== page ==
Many people have asked me how I ensure my, and my families diet is nutritionally balanced? The short answer is, with a little forethought and a bit of planning, having a healthy diet is really quite simple.
I realise I have the advantage of nutritional knowledge and also a passion for cooking since I was a child, (although I am not a trained cook). I appreciate that for many of you, nutrition and or food may not be your calling. So one of my aims at Well Nourished is to help you to understand how to choose foods so that all of your nutritional needs are met and your taste buds are truly satisfied. It is also the reason why I structure my recipes with details of how the ingredients assist your health, as well as offering suggestions for options and variations to suit your individual tastes and dietary requirements. For more about my recipe structure, you can click here.
But now, for some general guidelines for ensuring all of your nutritional needs are met…
A balanced meal
So when I think about creating a meal or snack, I primarily aim to have a little of all of the macronutrients (protein, carbohydrate and fat) in one sitting. If you are eating a good variety of plants, with a little-unprocessed protein (you can read more about protein here), the micronutrients (vitamins and minerals) will be naturally present alongside. For example; a little meat or a vegetarian source of protein, with a salad or vegetables is a simple, but very well balanced meal.
To simplify nutrition, the dominant macronutrient is generally the one associated with the food. I do however want to clarify, that whole foods are rarely just one macronutrient. For example meat is not just protein and fat, it also has a carbohydrate content. Whole grains are not just carbohydrates, but also have some protein and fat. Most plant based foods are largely carbohydrate and fibre with a little protein and occasionally fat.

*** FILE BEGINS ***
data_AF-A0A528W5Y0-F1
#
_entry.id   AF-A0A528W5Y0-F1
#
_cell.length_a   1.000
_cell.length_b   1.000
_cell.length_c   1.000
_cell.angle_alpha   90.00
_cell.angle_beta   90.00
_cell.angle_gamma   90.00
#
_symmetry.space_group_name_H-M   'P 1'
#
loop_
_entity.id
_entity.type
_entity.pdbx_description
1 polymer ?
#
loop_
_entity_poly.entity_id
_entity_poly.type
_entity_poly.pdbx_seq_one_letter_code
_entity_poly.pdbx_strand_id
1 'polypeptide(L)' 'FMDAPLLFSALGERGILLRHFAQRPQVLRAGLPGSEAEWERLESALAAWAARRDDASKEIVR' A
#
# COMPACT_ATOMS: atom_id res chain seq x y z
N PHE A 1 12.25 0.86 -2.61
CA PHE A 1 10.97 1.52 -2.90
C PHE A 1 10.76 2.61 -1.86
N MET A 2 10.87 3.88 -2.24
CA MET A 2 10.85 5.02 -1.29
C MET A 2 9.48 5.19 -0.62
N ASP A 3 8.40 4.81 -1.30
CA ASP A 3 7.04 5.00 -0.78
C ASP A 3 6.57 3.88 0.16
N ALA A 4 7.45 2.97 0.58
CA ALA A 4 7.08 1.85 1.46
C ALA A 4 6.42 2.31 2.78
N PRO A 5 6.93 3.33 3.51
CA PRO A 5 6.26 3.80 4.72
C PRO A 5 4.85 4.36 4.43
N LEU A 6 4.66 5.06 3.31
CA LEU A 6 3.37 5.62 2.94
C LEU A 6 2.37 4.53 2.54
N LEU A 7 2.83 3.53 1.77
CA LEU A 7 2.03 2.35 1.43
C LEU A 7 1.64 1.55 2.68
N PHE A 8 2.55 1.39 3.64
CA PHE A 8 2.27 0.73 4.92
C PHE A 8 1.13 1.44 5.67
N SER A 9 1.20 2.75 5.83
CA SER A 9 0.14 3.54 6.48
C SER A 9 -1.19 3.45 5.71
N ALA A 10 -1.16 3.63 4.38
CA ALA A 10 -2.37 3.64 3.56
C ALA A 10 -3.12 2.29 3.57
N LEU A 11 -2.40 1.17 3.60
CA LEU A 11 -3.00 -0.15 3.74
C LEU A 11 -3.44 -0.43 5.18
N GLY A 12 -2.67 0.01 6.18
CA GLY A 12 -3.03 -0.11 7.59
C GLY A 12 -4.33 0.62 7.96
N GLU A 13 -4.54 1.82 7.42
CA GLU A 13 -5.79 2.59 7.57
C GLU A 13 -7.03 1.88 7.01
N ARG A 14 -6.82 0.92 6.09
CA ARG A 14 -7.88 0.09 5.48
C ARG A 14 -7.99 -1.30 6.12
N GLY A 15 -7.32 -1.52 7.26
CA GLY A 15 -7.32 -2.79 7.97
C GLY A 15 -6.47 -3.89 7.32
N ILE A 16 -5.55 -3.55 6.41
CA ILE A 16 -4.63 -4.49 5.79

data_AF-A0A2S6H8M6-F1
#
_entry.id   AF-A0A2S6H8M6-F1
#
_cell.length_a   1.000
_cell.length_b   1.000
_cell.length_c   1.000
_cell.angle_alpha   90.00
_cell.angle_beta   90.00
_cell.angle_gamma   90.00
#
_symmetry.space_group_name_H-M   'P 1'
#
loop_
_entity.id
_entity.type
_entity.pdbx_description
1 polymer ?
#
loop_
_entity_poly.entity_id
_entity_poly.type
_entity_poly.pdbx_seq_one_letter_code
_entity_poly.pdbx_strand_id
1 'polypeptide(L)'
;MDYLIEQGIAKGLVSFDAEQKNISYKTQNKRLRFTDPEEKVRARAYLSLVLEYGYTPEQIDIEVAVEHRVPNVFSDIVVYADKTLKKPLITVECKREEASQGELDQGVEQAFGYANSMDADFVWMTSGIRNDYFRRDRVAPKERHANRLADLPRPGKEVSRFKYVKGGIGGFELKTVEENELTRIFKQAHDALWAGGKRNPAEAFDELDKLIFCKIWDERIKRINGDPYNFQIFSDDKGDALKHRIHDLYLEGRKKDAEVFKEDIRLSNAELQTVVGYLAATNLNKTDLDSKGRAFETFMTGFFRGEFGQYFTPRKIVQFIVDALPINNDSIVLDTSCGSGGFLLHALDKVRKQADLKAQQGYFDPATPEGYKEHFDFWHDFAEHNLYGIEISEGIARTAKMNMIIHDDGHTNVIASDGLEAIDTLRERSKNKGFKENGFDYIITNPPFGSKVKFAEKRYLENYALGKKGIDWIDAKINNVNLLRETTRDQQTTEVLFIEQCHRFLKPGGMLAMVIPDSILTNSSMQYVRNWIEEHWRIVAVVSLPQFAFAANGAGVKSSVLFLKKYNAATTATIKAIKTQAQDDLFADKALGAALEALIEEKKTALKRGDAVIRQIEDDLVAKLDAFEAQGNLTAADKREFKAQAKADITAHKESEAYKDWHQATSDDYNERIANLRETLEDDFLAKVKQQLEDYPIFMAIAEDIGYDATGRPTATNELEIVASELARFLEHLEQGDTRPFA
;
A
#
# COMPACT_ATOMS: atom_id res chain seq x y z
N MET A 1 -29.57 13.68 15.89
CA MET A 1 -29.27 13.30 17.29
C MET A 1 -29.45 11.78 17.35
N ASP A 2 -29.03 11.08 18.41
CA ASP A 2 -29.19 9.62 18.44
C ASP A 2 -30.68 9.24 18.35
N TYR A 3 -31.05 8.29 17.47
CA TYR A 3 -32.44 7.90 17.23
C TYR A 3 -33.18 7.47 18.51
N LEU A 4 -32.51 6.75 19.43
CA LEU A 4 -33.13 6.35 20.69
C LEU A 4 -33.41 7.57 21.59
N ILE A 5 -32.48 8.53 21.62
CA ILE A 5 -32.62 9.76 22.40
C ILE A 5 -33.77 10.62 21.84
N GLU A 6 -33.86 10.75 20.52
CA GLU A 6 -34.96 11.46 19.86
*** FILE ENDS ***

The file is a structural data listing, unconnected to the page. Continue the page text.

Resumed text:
The next thing I think about is variety. Too much of any single food, even a whole food, is not always a good thing. Make sure you don’t get stuck in a rut eating the same primary food in different forms. Wheat is one of the worst offenders here. For example, many people would have a wheat based cereal or toast for breakfast, a sandwich for lunch, pasta for dinner and wheat based cake or biscuit for a snack. This is and example of poor variety, which ultimately results in poor nourishment and nutritional deficiency.
A balanced day
I tend to think in 24 hour cycles (I try not to venture afar from the present)! So each day I endeavour to eat lots of different foods across each meal or snack time. It doesn’t always work out the way I plan, but I generally manage to have lots of variety in a day of nourishment.
A balanced week
“Eat food, not too much, mostly plants”
Really, that small sentence, sums up the essence of a balanced meal! But I hope my long winded post has got you thinking a little about how to extend the variety and range of the foods you consume.
Rather than counting your calories, make your calories count and nourish your body each and every day with a variety of real, nature given whole foods.
Do you have any tips or tricks for ensuring you eat a balanced diet? Is there anything else I can post on that will help you to eat well? ASK your questions in the comments below.
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